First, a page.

• The Chairperson must be from the major area and must hold the rank of no less than Associate Professor with Tenure.
• One additional member must be from the major area.
• At least one other member must be from the foundation area but not the area of specialization. The outside member may come either from the major or minor areas and must be academically qualified.

Within one year of passing the qualifying examination, the candidate must submit a written proposal that presents the projected content of the dissertation. The proposal is the vehicle for communicating the candidate's project to the faculty. It should provide sufficient detail to allow faculty knowledgeable in the subject area to determine the validity and acceptability of the research, both in terms of quality and quantity. The dissertation proposal should be prepared and defended in public before the candidate's Dissertation Committee as soon as the candidate and the adviser have agreed on preliminary guidelines for the dissertation. The chairperson of the Dissertation Committee, the dissertation adviser, determines the format of the proposal defense and conducts it. The outside member should be consulted about the written proposal and should be present for the proposal defense.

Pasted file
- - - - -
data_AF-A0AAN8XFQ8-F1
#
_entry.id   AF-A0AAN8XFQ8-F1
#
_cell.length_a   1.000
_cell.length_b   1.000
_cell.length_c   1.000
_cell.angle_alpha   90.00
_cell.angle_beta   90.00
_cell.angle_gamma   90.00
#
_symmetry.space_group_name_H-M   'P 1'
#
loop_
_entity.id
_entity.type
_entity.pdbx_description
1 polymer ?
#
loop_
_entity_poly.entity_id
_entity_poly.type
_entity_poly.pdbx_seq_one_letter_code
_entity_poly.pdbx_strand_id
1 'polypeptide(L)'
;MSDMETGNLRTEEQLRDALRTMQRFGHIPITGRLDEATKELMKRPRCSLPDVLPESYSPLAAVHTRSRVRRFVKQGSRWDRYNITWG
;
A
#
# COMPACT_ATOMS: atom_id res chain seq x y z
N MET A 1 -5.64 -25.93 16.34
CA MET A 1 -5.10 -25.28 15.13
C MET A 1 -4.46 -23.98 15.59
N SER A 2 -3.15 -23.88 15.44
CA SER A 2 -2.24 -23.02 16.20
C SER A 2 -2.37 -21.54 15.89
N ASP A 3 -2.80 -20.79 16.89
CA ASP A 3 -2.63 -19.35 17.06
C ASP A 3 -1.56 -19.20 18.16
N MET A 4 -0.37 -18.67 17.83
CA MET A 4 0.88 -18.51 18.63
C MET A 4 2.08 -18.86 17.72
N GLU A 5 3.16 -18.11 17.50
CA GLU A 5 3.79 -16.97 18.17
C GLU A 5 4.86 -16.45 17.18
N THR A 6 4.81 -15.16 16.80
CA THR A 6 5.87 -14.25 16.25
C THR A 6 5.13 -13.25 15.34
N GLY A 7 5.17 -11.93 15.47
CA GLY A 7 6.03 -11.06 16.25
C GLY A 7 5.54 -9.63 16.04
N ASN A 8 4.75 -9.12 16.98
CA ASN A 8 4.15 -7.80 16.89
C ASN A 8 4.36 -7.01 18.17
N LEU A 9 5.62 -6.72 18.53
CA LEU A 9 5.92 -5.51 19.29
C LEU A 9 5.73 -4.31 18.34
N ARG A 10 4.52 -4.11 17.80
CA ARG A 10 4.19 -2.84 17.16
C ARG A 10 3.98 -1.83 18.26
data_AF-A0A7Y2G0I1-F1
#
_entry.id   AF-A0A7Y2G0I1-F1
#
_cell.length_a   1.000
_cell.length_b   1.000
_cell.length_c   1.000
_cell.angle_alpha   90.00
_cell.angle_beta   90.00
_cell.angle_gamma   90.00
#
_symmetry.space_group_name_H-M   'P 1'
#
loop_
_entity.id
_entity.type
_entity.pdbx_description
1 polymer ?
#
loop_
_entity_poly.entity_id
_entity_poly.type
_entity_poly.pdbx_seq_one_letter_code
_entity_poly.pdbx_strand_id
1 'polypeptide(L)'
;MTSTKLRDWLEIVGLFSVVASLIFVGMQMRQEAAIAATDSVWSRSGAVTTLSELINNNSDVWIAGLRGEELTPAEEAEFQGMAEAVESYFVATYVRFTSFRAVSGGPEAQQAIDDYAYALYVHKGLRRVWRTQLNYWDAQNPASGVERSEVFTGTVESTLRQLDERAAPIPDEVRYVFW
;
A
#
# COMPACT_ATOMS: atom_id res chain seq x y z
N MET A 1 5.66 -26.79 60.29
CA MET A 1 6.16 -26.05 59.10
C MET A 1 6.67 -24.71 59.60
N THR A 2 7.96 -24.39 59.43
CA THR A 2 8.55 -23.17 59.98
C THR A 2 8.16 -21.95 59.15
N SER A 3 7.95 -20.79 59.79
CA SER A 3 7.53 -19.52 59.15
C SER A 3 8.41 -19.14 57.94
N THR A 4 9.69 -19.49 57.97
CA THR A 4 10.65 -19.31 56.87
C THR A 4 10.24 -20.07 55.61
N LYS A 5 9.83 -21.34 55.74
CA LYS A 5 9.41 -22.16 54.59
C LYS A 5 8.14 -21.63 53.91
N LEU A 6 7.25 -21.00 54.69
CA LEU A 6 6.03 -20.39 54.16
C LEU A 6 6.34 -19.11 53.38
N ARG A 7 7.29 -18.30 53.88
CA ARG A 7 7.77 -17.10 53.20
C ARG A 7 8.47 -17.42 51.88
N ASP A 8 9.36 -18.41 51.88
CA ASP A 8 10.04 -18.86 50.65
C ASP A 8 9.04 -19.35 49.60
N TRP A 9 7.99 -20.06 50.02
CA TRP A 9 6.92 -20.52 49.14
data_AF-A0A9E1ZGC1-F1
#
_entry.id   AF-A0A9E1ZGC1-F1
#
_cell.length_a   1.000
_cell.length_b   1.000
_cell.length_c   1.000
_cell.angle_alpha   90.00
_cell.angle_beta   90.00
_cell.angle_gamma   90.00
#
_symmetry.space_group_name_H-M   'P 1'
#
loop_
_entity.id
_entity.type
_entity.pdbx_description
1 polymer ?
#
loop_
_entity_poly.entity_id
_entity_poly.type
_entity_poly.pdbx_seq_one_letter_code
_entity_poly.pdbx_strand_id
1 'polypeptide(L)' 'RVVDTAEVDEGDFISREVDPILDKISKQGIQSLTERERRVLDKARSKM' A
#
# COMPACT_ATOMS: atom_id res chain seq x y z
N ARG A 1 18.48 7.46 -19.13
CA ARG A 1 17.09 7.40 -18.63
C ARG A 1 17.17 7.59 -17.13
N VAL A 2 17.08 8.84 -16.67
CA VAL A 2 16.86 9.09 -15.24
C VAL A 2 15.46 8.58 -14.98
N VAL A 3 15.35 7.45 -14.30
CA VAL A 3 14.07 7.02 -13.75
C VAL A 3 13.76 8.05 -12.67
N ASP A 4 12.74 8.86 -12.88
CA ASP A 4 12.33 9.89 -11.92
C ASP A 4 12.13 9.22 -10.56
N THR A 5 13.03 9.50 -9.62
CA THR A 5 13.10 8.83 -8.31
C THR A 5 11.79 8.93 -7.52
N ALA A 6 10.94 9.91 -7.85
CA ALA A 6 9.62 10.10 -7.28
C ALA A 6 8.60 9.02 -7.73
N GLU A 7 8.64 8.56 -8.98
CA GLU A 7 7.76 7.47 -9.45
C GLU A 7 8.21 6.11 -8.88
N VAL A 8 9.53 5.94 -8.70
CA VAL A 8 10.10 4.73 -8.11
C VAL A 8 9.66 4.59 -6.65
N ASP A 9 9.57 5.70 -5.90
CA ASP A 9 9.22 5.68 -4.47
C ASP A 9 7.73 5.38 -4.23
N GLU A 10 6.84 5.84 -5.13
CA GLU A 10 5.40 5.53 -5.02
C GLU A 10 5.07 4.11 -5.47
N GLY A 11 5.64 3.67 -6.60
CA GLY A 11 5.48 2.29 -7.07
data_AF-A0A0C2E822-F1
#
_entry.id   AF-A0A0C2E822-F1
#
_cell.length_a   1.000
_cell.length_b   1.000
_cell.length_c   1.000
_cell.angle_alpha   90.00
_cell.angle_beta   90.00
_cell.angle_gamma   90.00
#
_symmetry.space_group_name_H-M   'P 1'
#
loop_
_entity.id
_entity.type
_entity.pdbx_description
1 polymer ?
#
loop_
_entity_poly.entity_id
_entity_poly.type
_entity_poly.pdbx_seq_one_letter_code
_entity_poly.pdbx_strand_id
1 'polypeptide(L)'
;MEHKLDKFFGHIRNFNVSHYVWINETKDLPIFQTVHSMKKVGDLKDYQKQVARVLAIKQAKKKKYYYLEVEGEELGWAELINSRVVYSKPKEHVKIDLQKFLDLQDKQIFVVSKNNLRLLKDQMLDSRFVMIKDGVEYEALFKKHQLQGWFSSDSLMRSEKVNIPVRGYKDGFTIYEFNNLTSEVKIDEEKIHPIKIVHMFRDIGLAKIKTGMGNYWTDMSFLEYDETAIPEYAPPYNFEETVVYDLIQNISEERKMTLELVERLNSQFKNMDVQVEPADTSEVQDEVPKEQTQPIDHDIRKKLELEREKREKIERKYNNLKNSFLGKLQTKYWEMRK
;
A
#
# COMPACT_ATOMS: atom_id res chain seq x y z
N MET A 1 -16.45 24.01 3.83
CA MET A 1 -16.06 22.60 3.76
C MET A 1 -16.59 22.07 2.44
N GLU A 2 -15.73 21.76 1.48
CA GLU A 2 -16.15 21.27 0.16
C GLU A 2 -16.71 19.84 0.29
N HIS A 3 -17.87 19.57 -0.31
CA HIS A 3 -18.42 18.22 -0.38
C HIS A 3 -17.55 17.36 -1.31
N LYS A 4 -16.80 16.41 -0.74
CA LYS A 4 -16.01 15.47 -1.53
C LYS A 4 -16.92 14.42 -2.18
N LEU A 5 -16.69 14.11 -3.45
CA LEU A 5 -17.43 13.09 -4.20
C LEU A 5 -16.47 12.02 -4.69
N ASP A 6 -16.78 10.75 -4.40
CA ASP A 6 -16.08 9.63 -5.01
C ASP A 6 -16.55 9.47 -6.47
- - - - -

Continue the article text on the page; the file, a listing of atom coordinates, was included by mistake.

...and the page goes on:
After the proposal defense, the Dissertation Chair submits a copy of the proposal to the Program Office, together with suggestions for revising the proposal. The student then revises the proposal and prepares a document that shows how the issues raised have been addressed in the revised proposal. Once the Dissertation Committee approves this document, a student may continue with the dissertation process.

After the student completes the dissertation, the Chairperson certifies to the Doctoral Program Office that no major revisions or problems are anticipated and requests that the defense be scheduled. Upon receiving this notification and a copy of the completed dissertation, the Program Office will circulate an announcement of the defense to all members of the faculty and students who may have an interest in the topic of the dissertation. The format of the defense, which is set by the dissertation adviser, must include an opportunity for any member of the faculty or student attending the defense to question the candidate on the research. At this examination, the candidate must defend the dissertation and otherwise satisfy the committee and other faculty members in attendance that he or she is qualified to receive the degree of Doctor of Philosophy.

Course Offerings for the Dissertation:

BUAD 997 Dissertation Guidance

BUAD 998 Dissertation Defense